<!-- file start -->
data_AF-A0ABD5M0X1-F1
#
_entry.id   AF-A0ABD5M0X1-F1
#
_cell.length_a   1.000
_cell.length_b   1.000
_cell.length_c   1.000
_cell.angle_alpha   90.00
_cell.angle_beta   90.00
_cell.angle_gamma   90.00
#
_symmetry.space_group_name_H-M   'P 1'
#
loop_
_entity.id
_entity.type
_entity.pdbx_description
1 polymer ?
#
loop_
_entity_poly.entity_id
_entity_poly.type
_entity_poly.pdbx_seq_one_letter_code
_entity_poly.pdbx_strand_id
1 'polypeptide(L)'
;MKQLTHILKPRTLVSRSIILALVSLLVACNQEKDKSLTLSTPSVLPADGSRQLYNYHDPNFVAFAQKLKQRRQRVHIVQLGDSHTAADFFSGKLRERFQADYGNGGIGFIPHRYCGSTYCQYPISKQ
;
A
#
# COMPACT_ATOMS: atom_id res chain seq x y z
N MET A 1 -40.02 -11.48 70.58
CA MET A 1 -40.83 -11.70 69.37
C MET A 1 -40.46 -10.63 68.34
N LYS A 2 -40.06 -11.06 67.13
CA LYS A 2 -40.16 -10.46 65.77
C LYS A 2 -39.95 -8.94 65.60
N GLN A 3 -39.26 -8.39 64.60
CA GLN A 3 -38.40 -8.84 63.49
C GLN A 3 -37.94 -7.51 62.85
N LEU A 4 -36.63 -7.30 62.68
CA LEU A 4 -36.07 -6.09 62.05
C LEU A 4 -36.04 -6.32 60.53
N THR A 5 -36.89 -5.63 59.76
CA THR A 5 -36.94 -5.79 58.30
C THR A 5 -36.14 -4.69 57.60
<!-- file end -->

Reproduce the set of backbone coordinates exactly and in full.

data_AF-A0ABD5M0X1-F1
#
_entry.id   AF-A0ABD5M0X1-F1
#
_cell.length_a   1.000
_cell.length_b   1.000
_cell.length_c   1.000
_cell.angle_alpha   90.00
_cell.angle_beta   90.00
_cell.angle_gamma   90.00
#
_symmetry.space_group_name_H-M   'P 1'
#
loop_
_entity.id
_entity.type
_entity.pdbx_description
1 polymer ?
#
loop_
_entity_poly.entity_id
_entity_poly.type
_entity_poly.pdbx_seq_one_letter_code
_entity_poly.pdbx_strand_id
1 'polypeptide(L)'
;MKQLTHILKPRTLVSRSIILALVSLLVACNQEKDKSLTLSTPSVLPADGSRQLYNYHDPNFVAFAQKLKQRRQRVHIVQLGDSHTAADFFSGKLRERFQADYGNGGIGFIPHRYCGSTYCQYPISKQ
;
A
#
# COMPACT_ATOMS: atom_id res chain seq x y z
N MET A 1 -40.02 -11.48 70.58
CA MET A 1 -40.83 -11.70 69.37
C MET A 1 -40.46 -10.63 68.34
N LYS A 2 -40.06 -11.06 67.13
CA LYS A 2 -40.16 -10.46 65.77
C LYS A 2 -39.95 -8.94 65.60
N GLN A 3 -39.26 -8.39 64.60
CA GLN A 3 -38.40 -8.84 63.49
C GLN A 3 -37.94 -7.51 62.85
N LEU A 4 -36.63 -7.30 62.68
CA LEU A 4 -36.07 -6.09 62.05
C LEU A 4 -36.04 -6.32 60.53
N THR A 5 -36.89 -5.63 59.76
CA THR A 5 -36.94 -5.79 58.30
C THR A 5 -36.14 -4.69 57.60